Job considered himself righteous, but Job was humbled, and in his humility, he experienced God like never before. When Job had fully experienced God, he came to understand more about God, life, and himself.

A story is told of a Welsh woman who lived in a remote valley in Wales. She went to a great deal of trouble to have electrical power installed in her home. It wasn’t long, however, before the meter reader noticed she didn’t use much electricity at all. In fact, her usage was minuscule. The meter reader came to the door and said, “I’ve been watching your power meter. Don’t you use electricity?”

“Oh, yes,” she said. “We turn it on every night so we can find our lamps and light them,, and then we switch it off again.”

This sounds a bit like the way many Christians apply the power of God in their lives. They know, intellectually at least, that God has promised to give them power over many of this world’s problems and obstacles. They might even pray for God and the Holy Spirit to intercede in those problems. But after praying, they just wait for God to do the rest.

Sometimes, though, it’s God who’s waiting for us. He waiting for us to act out our faith; to use the power He’s already given us; the power “when the Holy Spirit has come upon you.” Sometimes He’s just waiting for us to step out “in faith” and act in a way that reflects the faith we claim to have.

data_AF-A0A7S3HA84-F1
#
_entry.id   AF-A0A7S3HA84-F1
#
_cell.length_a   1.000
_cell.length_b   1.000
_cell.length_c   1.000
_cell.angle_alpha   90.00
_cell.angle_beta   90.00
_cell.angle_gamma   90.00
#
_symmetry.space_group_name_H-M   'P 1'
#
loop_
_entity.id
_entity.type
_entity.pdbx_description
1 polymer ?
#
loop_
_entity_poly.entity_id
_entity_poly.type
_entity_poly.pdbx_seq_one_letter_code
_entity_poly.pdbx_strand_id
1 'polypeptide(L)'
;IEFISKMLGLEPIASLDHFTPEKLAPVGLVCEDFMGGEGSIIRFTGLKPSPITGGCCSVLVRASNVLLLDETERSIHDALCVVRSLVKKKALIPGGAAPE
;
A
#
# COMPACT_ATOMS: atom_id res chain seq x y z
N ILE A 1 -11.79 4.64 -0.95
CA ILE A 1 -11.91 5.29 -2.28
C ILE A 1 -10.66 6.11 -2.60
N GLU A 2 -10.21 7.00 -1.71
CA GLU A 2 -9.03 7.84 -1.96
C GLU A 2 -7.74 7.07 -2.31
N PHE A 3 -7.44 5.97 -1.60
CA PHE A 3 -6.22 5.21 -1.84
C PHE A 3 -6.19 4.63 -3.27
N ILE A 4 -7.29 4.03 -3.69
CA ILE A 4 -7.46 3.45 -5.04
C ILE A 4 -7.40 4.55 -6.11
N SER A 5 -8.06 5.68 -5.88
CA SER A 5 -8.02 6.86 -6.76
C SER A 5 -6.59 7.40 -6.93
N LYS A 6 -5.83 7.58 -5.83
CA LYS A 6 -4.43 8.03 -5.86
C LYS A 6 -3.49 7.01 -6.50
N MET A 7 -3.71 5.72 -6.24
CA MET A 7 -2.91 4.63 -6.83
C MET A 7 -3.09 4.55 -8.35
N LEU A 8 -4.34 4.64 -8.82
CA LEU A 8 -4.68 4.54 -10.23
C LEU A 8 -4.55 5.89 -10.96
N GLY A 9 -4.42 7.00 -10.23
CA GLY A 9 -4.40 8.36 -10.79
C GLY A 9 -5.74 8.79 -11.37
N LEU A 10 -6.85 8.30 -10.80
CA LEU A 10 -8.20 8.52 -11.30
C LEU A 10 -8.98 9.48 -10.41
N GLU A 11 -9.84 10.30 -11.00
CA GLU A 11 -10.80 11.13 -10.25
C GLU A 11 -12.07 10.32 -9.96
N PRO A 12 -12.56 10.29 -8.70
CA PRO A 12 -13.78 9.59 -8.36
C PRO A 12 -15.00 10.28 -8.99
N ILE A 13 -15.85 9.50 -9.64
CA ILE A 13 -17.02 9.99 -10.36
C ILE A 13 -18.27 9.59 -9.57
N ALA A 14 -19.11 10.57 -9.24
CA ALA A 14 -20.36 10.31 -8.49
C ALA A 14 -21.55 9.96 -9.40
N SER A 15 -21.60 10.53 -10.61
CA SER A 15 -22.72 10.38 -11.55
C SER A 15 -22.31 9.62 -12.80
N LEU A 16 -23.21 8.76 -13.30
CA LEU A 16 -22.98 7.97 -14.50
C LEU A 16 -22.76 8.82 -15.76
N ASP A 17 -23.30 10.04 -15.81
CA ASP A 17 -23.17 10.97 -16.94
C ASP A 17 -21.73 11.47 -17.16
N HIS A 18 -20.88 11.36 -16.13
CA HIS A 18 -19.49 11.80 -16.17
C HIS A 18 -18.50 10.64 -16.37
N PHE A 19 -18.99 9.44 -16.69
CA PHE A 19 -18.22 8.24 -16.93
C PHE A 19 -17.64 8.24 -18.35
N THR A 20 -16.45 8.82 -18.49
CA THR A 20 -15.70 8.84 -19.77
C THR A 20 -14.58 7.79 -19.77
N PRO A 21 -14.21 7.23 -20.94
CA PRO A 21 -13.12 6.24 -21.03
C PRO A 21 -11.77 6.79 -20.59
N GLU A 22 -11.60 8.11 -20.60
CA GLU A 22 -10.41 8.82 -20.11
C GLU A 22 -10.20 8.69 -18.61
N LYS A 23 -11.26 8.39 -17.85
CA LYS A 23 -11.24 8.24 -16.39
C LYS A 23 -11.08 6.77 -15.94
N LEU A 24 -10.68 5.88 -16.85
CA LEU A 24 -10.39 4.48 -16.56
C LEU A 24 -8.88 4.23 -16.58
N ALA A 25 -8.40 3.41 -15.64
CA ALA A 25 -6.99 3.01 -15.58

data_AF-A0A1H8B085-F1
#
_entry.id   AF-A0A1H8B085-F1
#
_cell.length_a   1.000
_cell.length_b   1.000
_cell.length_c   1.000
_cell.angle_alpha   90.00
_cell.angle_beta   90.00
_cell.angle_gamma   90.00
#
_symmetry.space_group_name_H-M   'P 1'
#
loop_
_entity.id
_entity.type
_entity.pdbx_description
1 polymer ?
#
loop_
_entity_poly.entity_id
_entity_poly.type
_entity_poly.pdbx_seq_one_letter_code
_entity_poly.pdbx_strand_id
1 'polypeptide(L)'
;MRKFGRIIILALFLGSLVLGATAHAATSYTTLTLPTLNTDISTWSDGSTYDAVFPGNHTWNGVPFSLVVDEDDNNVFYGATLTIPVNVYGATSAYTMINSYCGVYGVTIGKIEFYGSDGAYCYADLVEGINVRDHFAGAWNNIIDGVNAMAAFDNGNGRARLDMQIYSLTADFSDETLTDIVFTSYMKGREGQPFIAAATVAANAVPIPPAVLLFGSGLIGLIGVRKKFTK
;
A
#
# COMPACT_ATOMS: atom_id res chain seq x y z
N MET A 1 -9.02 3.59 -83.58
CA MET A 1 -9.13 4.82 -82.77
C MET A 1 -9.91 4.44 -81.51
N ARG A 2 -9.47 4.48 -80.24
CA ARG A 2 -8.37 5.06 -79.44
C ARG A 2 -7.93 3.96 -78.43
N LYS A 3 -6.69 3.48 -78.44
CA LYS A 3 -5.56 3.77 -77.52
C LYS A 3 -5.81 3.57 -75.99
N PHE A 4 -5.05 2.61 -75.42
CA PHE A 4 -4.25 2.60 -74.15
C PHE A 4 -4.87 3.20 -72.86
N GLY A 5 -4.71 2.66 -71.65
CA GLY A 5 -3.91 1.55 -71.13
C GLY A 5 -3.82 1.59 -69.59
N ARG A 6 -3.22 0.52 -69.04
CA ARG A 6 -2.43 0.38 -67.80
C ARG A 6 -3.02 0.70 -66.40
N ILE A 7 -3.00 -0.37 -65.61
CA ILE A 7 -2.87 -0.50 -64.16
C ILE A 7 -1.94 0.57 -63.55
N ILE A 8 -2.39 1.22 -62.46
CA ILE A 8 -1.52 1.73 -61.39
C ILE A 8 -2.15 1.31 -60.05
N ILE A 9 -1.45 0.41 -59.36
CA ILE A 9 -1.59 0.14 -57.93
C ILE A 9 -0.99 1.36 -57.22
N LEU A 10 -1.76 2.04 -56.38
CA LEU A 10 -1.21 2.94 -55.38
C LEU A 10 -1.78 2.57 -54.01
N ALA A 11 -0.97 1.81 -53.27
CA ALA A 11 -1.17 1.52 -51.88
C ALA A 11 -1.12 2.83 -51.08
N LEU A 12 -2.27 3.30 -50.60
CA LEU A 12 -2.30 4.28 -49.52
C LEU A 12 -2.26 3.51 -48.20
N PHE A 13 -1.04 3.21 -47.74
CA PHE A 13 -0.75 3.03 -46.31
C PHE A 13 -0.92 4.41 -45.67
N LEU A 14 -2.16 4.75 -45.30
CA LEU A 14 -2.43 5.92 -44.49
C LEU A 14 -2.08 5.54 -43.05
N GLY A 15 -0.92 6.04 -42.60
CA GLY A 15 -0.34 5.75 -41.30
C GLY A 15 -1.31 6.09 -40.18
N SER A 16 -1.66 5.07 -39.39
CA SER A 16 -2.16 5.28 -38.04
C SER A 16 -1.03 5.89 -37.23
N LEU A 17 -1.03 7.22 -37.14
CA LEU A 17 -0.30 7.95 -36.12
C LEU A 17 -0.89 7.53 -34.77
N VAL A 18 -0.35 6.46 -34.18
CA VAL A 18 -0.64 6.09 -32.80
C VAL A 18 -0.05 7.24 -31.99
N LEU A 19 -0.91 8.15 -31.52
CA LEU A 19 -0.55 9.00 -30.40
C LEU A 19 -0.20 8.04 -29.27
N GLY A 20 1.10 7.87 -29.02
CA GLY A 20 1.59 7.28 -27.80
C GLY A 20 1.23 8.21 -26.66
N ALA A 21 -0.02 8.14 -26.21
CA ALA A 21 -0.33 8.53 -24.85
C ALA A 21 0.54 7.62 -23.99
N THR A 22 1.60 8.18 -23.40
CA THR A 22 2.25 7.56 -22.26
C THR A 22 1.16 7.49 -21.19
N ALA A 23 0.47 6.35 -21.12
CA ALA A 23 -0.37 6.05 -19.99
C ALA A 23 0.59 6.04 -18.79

God knew the metal of Job when He granted Satan’s request, but God also saw a greater picture than just proving Job’s faith. He saw how Job’s witness could benefit his critics who claimed that suffering is God’s punishment for our sins. God also saw how the whole experience could teach Job about humility.

By God’s wisdom and grace, none of our life experiences are meaningless. It’s God who directs our every step . . . once we’ve taken His hand.

Receiving Christ involves repentance and trust . . . trust that Christ does come into our lives to forgive our sins and to make us the kind of person He wants us to be. Just to agree intellectually that Jesus Christ is the Son of God and that He died on the cross for our sins is not enough. Nor is it enough to have an emotional experience. We receive Jesus Christ by faith, as an act of the will, and such an act is transforming.

God’s not so concerned with our words as He is with our hearts, and He knows our hearts. He knows if our attitudes have really changed or if we’re just acting the way we think a Christian should act. Until the heart is changed, the person remains the same.


“Lord Jesus, I need You. Thank You for dying on the cross for my sins. I open the door of my life and receive You as my Savior and Lord. Thank You for forgiving my sins and giving me eternal life. Make me the kind of person you want me to be.”

(this sermon was inspired from a sermon by Mike Hamilton;